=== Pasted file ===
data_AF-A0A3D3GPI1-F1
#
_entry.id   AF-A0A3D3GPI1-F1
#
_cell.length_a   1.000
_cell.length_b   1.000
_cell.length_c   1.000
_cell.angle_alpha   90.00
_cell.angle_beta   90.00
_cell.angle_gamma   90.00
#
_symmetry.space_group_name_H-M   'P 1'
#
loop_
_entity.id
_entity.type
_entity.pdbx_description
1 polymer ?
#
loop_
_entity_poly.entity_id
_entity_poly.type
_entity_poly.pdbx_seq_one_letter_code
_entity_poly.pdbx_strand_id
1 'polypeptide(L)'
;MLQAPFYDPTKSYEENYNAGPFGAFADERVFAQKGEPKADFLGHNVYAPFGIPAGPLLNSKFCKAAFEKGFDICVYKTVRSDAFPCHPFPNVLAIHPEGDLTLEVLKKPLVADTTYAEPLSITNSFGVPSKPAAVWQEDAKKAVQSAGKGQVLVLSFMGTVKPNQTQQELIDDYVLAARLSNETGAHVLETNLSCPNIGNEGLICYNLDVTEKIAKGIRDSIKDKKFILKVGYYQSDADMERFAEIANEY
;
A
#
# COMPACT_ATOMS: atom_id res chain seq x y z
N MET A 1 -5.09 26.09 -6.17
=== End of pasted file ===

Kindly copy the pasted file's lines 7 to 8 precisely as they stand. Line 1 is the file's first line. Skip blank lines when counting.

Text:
_cell.length_c   1.000
_cell.angle_alpha   90.00